Some tests that are authorized by regulations issued by federal agencies will be presumed to be a search within the meaning of fourth amendment. For example, urine and blood tests carried by federal agencies authorized by the regulations is a search which comes under the purview of fourth amendment. Such tests are deemed as “search” even if it is carried out by private parties, as far as they act as an instrument or agent of the government[i].
However, it is necessary to balance the expectations of the privacy of an individual against the interests of the government to determine whether it is impractical to require a warrant or some sort of individualized suspicion in a particular context[ii].
It was observed in Skinner v. Ry. Labor Executives’ Ass’n, 489 U.S. 602 (U.S. 1989), that a compelled intrusion into the body for blood to be analyzed for alcohol content will be deemed as a fourth amendment search. It was also added that subjecting a person to a breathalyzer test which requires “deep lung” breath for chemical analysis is also be deemed as search.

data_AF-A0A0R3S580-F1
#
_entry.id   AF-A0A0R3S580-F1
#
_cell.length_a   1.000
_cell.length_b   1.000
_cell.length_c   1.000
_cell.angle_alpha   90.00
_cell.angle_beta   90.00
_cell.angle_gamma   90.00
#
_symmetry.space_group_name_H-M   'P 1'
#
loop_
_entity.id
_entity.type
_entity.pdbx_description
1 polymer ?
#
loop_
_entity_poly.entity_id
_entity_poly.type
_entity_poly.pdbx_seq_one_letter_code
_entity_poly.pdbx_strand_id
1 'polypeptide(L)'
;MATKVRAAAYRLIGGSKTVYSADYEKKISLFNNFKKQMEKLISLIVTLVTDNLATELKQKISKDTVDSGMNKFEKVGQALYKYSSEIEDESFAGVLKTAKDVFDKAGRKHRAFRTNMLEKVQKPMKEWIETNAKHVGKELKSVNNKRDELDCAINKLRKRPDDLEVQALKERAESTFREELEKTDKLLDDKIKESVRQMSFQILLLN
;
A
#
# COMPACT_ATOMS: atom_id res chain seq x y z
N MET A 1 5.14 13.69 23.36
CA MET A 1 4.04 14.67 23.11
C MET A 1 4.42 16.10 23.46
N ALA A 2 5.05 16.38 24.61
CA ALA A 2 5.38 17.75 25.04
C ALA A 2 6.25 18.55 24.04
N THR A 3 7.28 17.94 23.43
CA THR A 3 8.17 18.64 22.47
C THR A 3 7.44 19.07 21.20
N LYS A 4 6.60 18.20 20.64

In Knox County Educ. Ass’n v. Knox County Bd. of Educ., 1994 U.S. Dist. LEXIS 21307 (E.D. Tenn. Apr. 13, 1994), plaintiff, an education association claimed that there were federal and state constitutional deficiencies in both the drug free workplace policy and the pre employment drug screening policy and therefore, it is a reasonable suspicion policy. The court declared both policies as unconstitutional observing that the pre employment drug screening policy did not protected privacy interests. The court also ruled that the reasonable suspicion policy did not provide necessary safeguards.
[i] Skinner v. Ry. Labor Executives’ Ass’n, 489 U.S. 602 (U.S. 1989)
[ii] Nat’l Treasury Employees Union v. Von Raab, 489 U.S. 656 (U.S. 1989)